According to a study by the Better Sleep Council, 60% of people who regularly lift weights sleep for an average of more than seven hours each night. If you are struggling with poor sleep, this could be music to your ears. Before you dust off your old set of dumbbells, however, it is important to understand why weightlifting is seen as such a great tool for improving sleep.
No-one is saying that perfectly toned muscles immediately lead to a good, restful nights sleep, but the act of weightlifting has other effects on the body and the mind that in turn help to improve our sleep. If one of the following situations rings some alarm bells, this alternative approach to aiding sleep disorders could be for you.
Strength training can have a massive effect on our bodies and our health, which results in better sleep patterns.
Strength training can have more than a few stereotypes attached to it. Weightlifting can be seen as the ideal way to bulk up muscle and change your physique but other potential outcomes can be overlooked. While muscle tone and weight loss are the ultimate goals for many, the impact on the regulation of our metabolic rate and blood pressure are arguably more important for long-term health benefits.
It is not the simple case that weightlifting makes you sleepy, and it is definitely not advisable to do a few reps with the dumbbells before bed. Exercise raises the heart rate and refreshes the body in a way that makes it ideal for the start of the day but not the end. Instead, weight training can help with many of the triggers that may be causing our sleep disorders.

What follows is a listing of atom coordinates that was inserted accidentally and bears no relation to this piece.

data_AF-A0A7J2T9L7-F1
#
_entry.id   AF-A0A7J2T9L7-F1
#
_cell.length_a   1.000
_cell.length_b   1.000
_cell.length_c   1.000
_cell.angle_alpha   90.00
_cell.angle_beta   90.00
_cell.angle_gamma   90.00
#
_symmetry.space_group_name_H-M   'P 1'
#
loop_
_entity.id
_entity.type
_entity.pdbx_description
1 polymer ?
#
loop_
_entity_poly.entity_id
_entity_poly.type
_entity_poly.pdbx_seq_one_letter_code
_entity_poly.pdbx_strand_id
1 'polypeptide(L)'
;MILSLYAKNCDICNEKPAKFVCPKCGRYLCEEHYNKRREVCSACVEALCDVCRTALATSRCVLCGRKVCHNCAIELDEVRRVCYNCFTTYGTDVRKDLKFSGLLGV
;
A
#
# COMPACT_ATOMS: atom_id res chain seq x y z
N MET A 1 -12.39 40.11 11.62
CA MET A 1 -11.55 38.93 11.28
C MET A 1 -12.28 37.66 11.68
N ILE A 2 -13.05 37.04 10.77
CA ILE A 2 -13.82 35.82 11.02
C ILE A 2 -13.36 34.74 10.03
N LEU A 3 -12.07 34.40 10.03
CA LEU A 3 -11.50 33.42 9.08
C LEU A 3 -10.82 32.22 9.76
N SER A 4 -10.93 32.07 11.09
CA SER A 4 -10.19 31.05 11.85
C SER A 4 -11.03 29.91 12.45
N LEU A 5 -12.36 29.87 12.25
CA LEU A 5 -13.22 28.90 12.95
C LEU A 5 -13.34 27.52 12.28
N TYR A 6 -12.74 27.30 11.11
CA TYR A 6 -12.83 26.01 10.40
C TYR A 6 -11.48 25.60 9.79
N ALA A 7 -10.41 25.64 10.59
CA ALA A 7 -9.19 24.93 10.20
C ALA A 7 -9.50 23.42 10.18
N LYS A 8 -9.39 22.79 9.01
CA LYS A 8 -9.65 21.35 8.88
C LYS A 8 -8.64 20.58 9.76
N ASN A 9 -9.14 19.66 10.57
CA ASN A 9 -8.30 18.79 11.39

Many of us suffer from poor sleep or insomnia for reasons such as inactivity during the day, chronic pain, obesity and depression. By lifting some weights in the morning or increasing your resistance training, you can do something about these issues and potentially help your sleep disorder.
Light Sleep And Inactivity
It can sound a little simplistic to those that struggle with insomnia after a long day of work, but it is easier for most of us to fall into a sound sleep when we have tired ourselves out during the day. Most forms of exercise can help with this but the high-energy bursts of strength training can really attack the muscles and get the heart pumping. Weightlifting is so intense that the body needs time to heal and recover – it is how those new muscles are built and repaired – and the body needs deep sleep to do this. Add a session with the weights to your daily routine and you could find that light, restless sleep is a thing of the past.
Difficulty Sleeping And Chronic Pain
Chronic pain in our muscles and joints can have a detrimental impact on our ability to fall asleep – as soon as we start to drift off, a sharp twinge in the hip or lower back brings us back around. This can be a major issue for older patients, especially those that are dealing with a sedentary lifestyle, and strength training exercises are now being recommended as therapy. Weightlifting helps to build strength in muscles and improve bone density but there is also the chance of improving posture and any muscle imbalances that are particularly problematic. A 2005 study from the “Journal of Sport Sciences and Medicine” states that adults in this situation, who then participated in a six-month strength training program, saw significant improvements in the quality of their sleep.